Published June 28, 2020
by Doug Klugh
Keep It Simple
Avoid building software that obscures its intent, contains duplication, or provides hooks in anticipation of future extensions. Instead, build an architecture that exposes its use cases, keep your code base as small as possible, and do not over-engineer your initial design (YAGNI). If your code is rigid, you are likely to add a lot of anticipatory design elements to minimize the amount of changes you will need to make later. Evolve your software from a Simple Design that is flexible, reliable, and easy to understand.
A good software architecture is one that clearly communicates its intent. It should scream use cases. An accounting system should look like an accounting system at first glance. The first thing you notice should not be the platform it runs on, the frameworks it uses, or even the language it's written in. The names and structure of the folders, components, and classes should clearly indicate the purpose of the software — without even looking at a single line of code. You should have to do a little digging to determine if it is a windows, web, or mobile application. If your software is portable, the platform it runs on should be a detail that is easily changed. Your architecture should first communicate use cases — frameworks and tools should be buried within loosely-coupled modules.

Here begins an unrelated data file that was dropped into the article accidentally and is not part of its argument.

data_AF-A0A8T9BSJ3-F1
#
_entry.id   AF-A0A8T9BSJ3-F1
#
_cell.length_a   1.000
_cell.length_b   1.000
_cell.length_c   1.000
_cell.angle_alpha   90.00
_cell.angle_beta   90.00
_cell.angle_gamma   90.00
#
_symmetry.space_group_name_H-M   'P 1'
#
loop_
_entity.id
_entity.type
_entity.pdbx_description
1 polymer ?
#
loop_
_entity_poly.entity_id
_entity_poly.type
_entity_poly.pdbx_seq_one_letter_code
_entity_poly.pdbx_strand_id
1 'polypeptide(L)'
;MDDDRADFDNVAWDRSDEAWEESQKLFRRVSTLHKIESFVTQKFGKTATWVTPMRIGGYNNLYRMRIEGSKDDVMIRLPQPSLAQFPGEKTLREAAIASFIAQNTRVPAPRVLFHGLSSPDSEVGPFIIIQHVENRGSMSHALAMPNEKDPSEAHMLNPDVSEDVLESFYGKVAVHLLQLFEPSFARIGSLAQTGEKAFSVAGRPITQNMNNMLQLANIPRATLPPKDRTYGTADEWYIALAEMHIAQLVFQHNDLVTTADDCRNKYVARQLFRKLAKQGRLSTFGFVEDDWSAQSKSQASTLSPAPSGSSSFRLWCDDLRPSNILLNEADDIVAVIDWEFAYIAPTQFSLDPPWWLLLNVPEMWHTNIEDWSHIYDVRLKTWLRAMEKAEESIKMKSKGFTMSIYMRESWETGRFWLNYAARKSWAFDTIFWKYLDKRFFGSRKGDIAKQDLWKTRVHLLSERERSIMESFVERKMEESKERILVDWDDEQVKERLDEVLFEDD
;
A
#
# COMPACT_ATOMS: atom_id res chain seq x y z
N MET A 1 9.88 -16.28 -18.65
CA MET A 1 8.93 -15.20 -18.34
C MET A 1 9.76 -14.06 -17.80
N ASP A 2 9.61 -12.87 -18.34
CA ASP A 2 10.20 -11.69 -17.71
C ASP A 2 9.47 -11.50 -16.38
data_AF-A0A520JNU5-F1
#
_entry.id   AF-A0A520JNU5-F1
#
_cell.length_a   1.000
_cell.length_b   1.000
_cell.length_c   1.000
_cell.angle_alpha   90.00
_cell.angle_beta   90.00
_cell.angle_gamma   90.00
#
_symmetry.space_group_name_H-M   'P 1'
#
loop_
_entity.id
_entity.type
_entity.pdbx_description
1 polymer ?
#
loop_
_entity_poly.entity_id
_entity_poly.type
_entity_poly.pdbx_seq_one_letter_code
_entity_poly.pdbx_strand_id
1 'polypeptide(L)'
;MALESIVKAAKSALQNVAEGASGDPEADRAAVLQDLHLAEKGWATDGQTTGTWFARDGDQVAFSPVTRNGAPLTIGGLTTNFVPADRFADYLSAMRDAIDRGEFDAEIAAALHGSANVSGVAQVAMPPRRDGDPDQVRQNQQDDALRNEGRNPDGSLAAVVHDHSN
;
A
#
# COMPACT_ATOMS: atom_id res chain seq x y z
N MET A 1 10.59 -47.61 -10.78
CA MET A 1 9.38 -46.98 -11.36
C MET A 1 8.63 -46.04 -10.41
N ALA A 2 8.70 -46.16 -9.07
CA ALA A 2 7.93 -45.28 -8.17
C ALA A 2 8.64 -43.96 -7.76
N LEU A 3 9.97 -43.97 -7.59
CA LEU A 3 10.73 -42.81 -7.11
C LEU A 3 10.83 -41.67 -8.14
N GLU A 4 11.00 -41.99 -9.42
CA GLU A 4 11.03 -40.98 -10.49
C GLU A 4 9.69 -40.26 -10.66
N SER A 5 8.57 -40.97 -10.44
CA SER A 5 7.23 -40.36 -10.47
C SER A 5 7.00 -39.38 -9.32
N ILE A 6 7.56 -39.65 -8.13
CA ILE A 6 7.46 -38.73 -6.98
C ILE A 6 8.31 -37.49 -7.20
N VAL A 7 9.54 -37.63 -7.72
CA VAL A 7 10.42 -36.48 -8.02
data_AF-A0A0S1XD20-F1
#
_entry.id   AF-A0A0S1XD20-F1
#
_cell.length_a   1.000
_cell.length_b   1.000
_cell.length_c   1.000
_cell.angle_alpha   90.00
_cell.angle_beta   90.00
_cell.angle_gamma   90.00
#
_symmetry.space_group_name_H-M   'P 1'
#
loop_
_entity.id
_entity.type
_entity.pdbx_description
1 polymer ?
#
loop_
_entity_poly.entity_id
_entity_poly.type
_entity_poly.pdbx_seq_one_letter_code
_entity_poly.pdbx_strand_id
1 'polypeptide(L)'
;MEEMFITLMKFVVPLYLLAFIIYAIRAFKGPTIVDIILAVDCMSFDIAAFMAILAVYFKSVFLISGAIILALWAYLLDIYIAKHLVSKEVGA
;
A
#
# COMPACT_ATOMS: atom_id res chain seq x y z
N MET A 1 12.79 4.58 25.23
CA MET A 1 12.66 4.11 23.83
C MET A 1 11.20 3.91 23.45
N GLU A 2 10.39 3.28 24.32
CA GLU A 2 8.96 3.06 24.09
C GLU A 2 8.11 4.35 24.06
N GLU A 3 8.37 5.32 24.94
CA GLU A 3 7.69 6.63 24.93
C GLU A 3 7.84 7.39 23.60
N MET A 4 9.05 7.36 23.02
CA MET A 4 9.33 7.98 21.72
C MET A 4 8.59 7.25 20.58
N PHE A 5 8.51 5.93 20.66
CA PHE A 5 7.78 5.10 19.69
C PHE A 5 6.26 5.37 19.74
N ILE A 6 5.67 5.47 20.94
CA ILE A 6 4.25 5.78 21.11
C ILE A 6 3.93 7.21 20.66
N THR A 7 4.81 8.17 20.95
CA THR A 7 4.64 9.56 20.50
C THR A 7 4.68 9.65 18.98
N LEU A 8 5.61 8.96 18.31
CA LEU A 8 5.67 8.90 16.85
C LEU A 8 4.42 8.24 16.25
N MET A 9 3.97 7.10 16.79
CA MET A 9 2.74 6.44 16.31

Avoiding redundancy within your code will greatly enhance many structural qualities such as readability, maintainability, extensibility, scalability, security, and many others. As the DRY principle states, Every piece of knowledge must have a single, unambiguous, authoritative representation within a system.1 This helps to keep logic loosely coupled so that a change in one method, class, or component will affect all related logic predictably and uniformly.
How many times has a user story ended up on your backlog only to sit there for years, eventually to be deleted? How often has your customer changed their mind after attending a sprint review? The fact is requirements often change. And work that is done in anticipation of customer needs often goes to waste. That is one reason why YAGNI is quoted so often in engineering circles. Because more times than not this type of work never gets done.
1Hunt, Andrew; Thomas, David (1999). The Pragmatic Programmer: From Journeyman to Master. Addison-Wesley. pp. 320. ISBN 978-0201616224.